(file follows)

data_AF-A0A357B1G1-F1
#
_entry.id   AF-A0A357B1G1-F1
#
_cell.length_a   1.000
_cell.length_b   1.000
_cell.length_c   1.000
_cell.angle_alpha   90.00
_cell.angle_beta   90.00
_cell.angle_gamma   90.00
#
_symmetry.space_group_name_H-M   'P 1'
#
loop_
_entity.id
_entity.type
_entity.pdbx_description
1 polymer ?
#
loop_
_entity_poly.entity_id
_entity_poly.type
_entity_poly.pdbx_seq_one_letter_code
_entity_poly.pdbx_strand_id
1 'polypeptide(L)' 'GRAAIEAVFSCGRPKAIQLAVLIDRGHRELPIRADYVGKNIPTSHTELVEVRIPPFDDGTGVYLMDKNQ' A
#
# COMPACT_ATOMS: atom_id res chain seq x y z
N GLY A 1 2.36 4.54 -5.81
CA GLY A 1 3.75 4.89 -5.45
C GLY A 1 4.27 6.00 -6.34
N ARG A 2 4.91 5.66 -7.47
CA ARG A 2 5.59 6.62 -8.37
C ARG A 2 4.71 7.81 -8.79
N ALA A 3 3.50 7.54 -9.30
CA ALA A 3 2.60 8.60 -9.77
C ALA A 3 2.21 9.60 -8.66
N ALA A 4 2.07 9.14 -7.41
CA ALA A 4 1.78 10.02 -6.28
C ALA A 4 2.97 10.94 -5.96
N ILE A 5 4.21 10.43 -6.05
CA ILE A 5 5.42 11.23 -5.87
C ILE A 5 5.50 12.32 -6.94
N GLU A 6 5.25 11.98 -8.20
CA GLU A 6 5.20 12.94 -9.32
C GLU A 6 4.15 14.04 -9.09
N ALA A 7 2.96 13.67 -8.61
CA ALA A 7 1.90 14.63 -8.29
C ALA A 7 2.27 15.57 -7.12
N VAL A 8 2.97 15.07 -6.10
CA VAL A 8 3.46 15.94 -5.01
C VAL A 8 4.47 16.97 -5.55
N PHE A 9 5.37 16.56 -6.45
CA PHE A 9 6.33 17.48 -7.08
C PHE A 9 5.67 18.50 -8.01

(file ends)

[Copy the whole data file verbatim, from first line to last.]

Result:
data_AF-A0A357B1G1-F1
#
_entry.id   AF-A0A357B1G1-F1
#
_cell.length_a   1.000
_cell.length_b   1.000
_cell.length_c   1.000
_cell.angle_alpha   90.00
_cell.angle_beta   90.00
_cell.angle_gamma   90.00
#
_symmetry.space_group_name_H-M   'P 1'
#
loop_
_entity.id
_entity.type
_entity.pdbx_description
1 polymer ?
#
loop_
_entity_poly.entity_id
_entity_poly.type
_entity_poly.pdbx_seq_one_letter_code
_entity_poly.pdbx_strand_id
1 'polypeptide(L)' 'GRAAIEAVFSCGRPKAIQLAVLIDRGHRELPIRADYVGKNIPTSHTELVEVRIPPFDDGTGVYLMDKNQ' A
#
# COMPACT_ATOMS: atom_id res chain seq x y z
N GLY A 1 2.36 4.54 -5.81
CA GLY A 1 3.75 4.89 -5.45
C GLY A 1 4.27 6.00 -6.34
N ARG A 2 4.91 5.66 -7.47
CA ARG A 2 5.59 6.62 -8.37
C ARG A 2 4.71 7.81 -8.79
N ALA A 3 3.50 7.54 -9.30
CA ALA A 3 2.60 8.60 -9.77
C ALA A 3 2.21 9.60 -8.66
N ALA A 4 2.07 9.14 -7.41
CA ALA A 4 1.78 10.02 -6.28
C ALA A 4 2.97 10.94 -5.96
N ILE A 5 4.21 10.43 -6.05
CA ILE A 5 5.42 11.23 -5.87
C ILE A 5 5.50 12.32 -6.94
N GLU A 6 5.25 11.98 -8.20
CA GLU A 6 5.20 12.94 -9.32
C GLU A 6 4.15 14.04 -9.09
N ALA A 7 2.96 13.67 -8.61
CA ALA A 7 1.90 14.63 -8.29
C ALA A 7 2.27 15.57 -7.12
N VAL A 8 2.97 15.07 -6.10
CA VAL A 8 3.46 15.94 -5.01
C VAL A 8 4.47 16.97 -5.55
N PHE A 9 5.37 16.56 -6.45
CA PHE A 9 6.33 17.48 -7.08
C PHE A 9 5.67 18.50 -8.01